News & Trends Impacting the CPG Supply Chain

News & Trends Impacting the CPG Supply Chain

What’s The Difference?

CPG, or consumer packaged goods: merchandise that customers frequently use up and replace. Examples include food and beverages, cosmetics, and cleaning products.

DG, or durable goods: merchandise that is not consumed or destroyed in use and is generally not replaced until the merchandise experiences a problem. Examples include cars, appliances, and furniture.

A Razor-Sharp Success

Online shaving and razor company Harry’s was started by two hopeful entrepreneurs who bought a defunct factory and wondered what to do with it. They realized that a solution-driven approach could guide them. Consumers of both genders always need razors; ideally, they need them consistently, at a decent price. The founders decided to fill that need. They opened their factory doors—and their company books—and approached those consumers straightforwardly.

Initially, the strictly online brand didn’t have much of a following. But eventually, the strategy of being genuine and open with consumers worked. Today, Harry’s is a $100-million company with a significant base of loyal, dedicated consumers. By letting consumers in on their company’s journey, the founders turned their razors into a lifestyle.

CPG companies can take tips from Harry’s to create a brand that truly speaks to, and connects with, consumers. The key takeaways are:

  • Share your story: Every brand, whether established or new, has a story—and consumers want to connect with it. By encouraging consumers to interact with your brand, you create the relationship needed to keep them coming back.
  • See a need, fill a need: Razors are a fact of life for men and women. By seeing that need and filling it in a convenient and interesting way, Harry’s created a niche presence within the market.
  • Never underestimate the power of word of mouth: Much of Harry’s’ business can be attributed to its willingness to connect with consumers via social media and other online channels.


Managing Disruption

From direct-to-consumer delivery to Internet of Things-enabled appliances, the disruptive forces in the grocery industry are hard for CPG suppliers to avoid, according to a study by The Boston Consulting Group and the Grocery Manufacturers Association.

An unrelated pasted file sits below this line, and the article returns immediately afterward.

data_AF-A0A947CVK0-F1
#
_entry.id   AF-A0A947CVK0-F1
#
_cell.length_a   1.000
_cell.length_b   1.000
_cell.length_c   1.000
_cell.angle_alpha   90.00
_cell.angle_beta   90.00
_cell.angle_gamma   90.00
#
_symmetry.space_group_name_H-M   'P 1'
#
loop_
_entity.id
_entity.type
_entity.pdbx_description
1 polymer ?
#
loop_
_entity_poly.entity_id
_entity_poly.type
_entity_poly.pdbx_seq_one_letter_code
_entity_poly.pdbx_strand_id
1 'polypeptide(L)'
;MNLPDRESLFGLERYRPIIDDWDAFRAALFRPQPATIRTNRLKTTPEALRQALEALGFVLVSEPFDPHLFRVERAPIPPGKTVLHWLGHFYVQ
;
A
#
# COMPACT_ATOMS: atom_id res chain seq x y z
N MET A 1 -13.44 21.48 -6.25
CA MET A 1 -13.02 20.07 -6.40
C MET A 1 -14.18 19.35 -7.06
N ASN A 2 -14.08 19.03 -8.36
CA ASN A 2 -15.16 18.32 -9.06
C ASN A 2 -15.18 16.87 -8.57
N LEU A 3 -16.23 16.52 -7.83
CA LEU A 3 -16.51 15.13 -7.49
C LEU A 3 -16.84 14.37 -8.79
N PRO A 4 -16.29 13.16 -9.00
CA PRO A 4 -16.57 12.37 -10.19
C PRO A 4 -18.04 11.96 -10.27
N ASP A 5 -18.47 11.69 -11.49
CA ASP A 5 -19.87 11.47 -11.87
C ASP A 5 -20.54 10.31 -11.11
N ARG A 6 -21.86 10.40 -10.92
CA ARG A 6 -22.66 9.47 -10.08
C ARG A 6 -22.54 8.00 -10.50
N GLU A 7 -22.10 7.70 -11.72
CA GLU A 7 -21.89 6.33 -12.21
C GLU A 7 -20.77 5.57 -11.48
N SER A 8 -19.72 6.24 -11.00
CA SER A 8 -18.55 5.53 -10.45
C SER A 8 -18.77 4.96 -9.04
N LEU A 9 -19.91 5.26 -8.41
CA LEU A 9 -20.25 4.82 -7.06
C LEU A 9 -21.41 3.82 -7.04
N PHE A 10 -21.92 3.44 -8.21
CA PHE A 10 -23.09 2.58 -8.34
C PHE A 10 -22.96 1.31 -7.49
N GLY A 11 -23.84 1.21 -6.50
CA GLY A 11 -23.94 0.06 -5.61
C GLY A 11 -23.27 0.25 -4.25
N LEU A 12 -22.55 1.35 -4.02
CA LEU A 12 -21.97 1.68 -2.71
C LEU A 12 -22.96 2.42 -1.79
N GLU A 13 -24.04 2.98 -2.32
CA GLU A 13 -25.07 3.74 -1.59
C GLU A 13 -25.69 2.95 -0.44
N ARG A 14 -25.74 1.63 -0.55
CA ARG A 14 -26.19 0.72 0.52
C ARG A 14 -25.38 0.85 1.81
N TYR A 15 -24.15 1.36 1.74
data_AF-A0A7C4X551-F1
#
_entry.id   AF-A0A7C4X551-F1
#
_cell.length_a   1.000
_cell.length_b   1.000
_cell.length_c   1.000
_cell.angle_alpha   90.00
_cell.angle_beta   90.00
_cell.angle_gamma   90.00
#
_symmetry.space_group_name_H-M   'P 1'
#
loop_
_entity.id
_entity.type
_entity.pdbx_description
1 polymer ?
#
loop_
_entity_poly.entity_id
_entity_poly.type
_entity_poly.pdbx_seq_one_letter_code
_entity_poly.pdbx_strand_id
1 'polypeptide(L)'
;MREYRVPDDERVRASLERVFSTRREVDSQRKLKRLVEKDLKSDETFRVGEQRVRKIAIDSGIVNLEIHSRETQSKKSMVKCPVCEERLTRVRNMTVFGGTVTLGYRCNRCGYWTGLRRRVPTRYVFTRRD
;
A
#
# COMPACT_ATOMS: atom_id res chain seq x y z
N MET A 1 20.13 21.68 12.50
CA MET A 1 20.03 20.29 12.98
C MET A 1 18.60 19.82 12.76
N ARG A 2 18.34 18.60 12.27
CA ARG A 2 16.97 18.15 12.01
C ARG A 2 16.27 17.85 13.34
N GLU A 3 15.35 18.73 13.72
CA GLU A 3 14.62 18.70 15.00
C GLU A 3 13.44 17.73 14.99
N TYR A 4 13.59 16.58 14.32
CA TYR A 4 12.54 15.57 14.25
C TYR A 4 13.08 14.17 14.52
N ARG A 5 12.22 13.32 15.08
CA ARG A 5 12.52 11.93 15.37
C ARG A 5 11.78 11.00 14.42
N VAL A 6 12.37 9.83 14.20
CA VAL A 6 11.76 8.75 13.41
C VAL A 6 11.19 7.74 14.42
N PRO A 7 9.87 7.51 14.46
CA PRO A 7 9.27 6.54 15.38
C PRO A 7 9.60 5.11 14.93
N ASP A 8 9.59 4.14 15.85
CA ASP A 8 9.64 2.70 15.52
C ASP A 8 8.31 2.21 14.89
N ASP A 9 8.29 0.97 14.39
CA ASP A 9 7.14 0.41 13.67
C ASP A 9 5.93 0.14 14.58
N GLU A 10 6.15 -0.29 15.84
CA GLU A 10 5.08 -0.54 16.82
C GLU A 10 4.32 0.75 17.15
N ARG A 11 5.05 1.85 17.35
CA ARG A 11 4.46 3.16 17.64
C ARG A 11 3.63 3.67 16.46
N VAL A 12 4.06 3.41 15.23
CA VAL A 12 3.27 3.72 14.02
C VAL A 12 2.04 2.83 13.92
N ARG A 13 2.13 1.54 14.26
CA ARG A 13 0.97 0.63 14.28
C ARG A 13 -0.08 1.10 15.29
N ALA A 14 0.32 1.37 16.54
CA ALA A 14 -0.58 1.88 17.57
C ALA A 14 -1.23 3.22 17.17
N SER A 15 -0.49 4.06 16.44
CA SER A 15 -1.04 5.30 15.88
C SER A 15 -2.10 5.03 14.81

The report highlights actions that CPG companies can take to meet customers’ needs and adapt to a changing environment. Among them:

– Seek efficiencies. CPG companies currently carry 60 percent of the cost of logistics and hold roughly 50 percent of inventory in the grocery supply chain. They will need to refine their transportation networks, reduce inventories, and lower costs to meet customers’ changing demands and new market conditions.

– Capitalize on big data and digital. For 78 percent of participating CPG companies, end-to-end data visibility—from point-of-sale data to GPS tracking data on shipments—is a priority. Although they are accumulating more, and more valuable, data, most companies need to develop tools and systems to more effectively analyze it.

– Sell the benefits of collaboration. Channel proliferation makes accurate forecasting and planning all the more critical for CPG companies. Success requires both technology and active engagement with their distributors, retailers, and customers, especially when it comes to alternative and e-commerce channels.

New Tech on the Block

CPG and manufacturing executives express the most bullish blockchain outlook, according to a new Deloitte survey:

  • 42% are planning investment of at least $5 million in the coming year

SOURCE: New Tech on the Block: Planning for Blockchain in the Retail and Consumer Packaged Goods industries, Deloitte study

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